Thursday, January 11, 2007

Love as an Economic metaphor

On my drive home last night I was praying about a friend. This friend, like many other men, feels he has failed God. He didn't straight up say that, but I can tell in how he treats his wife, his relationship with God, how he prays, and just how he treats others in general.

I was praying that God would reveal to him that it doesn't matter how much he's messed up, God still loves him just the same; God still wants to use him just the same. I prayed that he would understand God's unconditional love--that God doesn't take away love because this guy messed up, but God continually gives him the ability to defeat Satan, to fight on His team, and to love others with God's love despite his imperfections.

As I prayed, God revealed something to me about my relationship with this person. As this person thought he was failing God, it affected his relationship with me. I realized that I had been looking at this person like he was failing me as well because he wasn't letting God work through him to love me the way I should be receiving God's love from him. I realized that when he failed me, I myself was withdrawing my love and respect from him because....basically because I felt he was failing me.

No wonder this guy doesn't understand God's unconditional love! All of the physical examples in his life tell him one thing: he fails someone, they withdraw love! No wonder he feels that when he fails God, he looses God's love!

God really convicted me that I need to stop withdrawing love and respect from him. Even if he's not loving me the way God wants him to, I am to still love and respect him as God does, no matter how he benefits me.

As author Donald Miller says, "The problem with Christian culture is we think of love as a commodity. We use it like money...If somebody is doing something for us, offering us something, be it gifts, time, popularity, or what have you, we feel they have value, we feel they are worth something to us, and, perhaps, we feel they are priceless....I used love like money...With love, we withheld affirmation from the people who did not agree with us, but we lavishly financed the ones who did...I used love like money, but love doesn't work like money. It is not a commodity. When we barter with it, we all lose. When the church does not love its enemies, it fuels their rage..."

Miller than goes on to tell a story of a friend who bothered him. To show this friend he didn't like what he was doing, he began displaying his dislike of the friend in his facial expressions and reactions. But he realized that "by withholding love from [his] friend, he became defensive, he didn't like [him], he thought [he] was judgmental, snobbish, proud, and mean. Rather than being drawn to [him], wanting to change, he was repulsed. [Miller] was guilty of using love like money, withholding it to get somebody to be who [he] wanted them to be."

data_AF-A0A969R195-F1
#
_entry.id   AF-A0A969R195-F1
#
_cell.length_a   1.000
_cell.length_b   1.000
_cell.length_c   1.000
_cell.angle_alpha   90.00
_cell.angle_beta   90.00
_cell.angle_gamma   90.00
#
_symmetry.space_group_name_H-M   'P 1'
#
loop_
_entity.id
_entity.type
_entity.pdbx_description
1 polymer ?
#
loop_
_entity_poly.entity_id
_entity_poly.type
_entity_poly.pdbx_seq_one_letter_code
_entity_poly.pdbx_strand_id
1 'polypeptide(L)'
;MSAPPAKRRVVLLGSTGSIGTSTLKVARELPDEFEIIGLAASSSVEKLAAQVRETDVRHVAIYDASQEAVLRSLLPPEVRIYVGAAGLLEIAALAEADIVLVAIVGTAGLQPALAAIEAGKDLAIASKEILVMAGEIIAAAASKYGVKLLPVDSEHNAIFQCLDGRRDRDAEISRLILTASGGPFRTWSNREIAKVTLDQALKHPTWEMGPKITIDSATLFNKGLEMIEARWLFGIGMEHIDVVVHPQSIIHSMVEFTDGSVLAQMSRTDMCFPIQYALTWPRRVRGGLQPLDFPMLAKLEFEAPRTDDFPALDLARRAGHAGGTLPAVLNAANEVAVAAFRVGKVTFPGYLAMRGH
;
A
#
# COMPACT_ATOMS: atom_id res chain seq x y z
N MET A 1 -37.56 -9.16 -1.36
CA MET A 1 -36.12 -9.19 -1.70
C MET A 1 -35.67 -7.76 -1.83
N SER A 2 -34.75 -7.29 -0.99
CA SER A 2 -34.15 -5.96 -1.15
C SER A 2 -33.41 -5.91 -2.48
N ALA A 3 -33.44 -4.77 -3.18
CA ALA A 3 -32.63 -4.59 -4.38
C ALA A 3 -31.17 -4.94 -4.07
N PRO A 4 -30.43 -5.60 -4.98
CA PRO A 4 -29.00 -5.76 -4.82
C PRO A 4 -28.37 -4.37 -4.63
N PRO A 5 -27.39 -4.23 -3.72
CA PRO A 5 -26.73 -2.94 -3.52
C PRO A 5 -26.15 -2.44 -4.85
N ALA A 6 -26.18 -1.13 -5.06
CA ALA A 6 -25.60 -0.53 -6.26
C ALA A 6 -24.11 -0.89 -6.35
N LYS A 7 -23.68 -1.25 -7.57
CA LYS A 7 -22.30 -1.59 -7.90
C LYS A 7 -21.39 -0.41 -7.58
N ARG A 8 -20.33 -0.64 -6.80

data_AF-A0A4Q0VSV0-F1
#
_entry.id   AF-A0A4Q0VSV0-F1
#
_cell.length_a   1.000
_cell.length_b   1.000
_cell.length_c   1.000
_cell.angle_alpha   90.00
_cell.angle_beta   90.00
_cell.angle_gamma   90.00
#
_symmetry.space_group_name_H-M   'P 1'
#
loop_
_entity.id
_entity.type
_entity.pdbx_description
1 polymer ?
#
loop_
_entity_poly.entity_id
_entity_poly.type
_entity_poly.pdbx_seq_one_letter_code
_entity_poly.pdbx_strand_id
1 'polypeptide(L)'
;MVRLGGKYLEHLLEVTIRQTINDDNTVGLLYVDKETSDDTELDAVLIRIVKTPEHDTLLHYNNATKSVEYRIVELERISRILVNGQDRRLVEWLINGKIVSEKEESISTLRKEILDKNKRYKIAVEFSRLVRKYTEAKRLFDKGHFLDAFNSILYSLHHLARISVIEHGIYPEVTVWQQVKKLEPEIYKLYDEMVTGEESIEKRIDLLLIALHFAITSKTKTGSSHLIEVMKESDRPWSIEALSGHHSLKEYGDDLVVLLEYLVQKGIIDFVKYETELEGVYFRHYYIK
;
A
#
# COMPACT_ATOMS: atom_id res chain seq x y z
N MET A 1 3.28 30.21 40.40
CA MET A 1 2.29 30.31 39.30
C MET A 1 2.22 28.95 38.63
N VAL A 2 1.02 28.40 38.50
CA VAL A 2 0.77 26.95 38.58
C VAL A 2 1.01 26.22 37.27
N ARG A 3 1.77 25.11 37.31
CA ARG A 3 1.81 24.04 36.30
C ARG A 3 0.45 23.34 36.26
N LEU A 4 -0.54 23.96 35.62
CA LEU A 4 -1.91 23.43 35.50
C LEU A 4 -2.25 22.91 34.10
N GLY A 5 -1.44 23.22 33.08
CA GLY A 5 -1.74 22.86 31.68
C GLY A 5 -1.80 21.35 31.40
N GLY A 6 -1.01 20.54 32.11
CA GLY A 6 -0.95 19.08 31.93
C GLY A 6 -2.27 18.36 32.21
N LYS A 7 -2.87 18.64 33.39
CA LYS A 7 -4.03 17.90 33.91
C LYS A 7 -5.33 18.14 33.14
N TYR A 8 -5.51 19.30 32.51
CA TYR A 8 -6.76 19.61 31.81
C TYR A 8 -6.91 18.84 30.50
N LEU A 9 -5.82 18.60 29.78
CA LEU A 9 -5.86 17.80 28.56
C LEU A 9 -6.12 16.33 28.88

Miller said that when he realized this and began pouring on the love, despite his dislikes of the guy, that he slowly began to change to adjust to what Miller thought was acceptable.

Really, all God wants us to do is love them-no matter their failures. I knew that, of course, don't we all? But it just hit me in a different way last night. If I can love him unconditionally, despite how he's failing me...and maybe, just maybe, as he physically sees my love for him, no matter his failures, maybe then he can come to understand God's love for him.

Lord, forgive me for my selfishness. Guide me to love others unconditionally, no matter what sin they're involved in or problem they're dealing with, that I would be your hands and feet and that they would understand your love better because of how they received it from me.

1 comment:

Bryan Riley said...

I remember reading that passage from Miller's book and then reading it out loud to my wife. What an excellent passage and a great post about God's love.

One of the messages God has been giving me of late is how that love means that He gives. He gives and gives and gives. When you read through the Bible with the lens on that God gives, freely, to all who will receive, it is amazing how clearly He demonstrates this of Himself. He doesn't demand anything of us. For God so loved the world that He gave... Yes, we must believe, but even the faith comes from Him. Ephesians 2. Amazing.

As He emphasized His giving to me I told Him... "Yes, I know that." I really didnt' get why He'd bother telling me that. And then He asked me this: "Bryan, do you believe it?"

When you decide how to spend your money, do you believe I am your supply? When you teach your children, do you show them faith in my promises? When you are sick, do you turn first to a chemical or to me in prayer? When you know someone has needs, do you give to them or even share with them what a giving God I AM?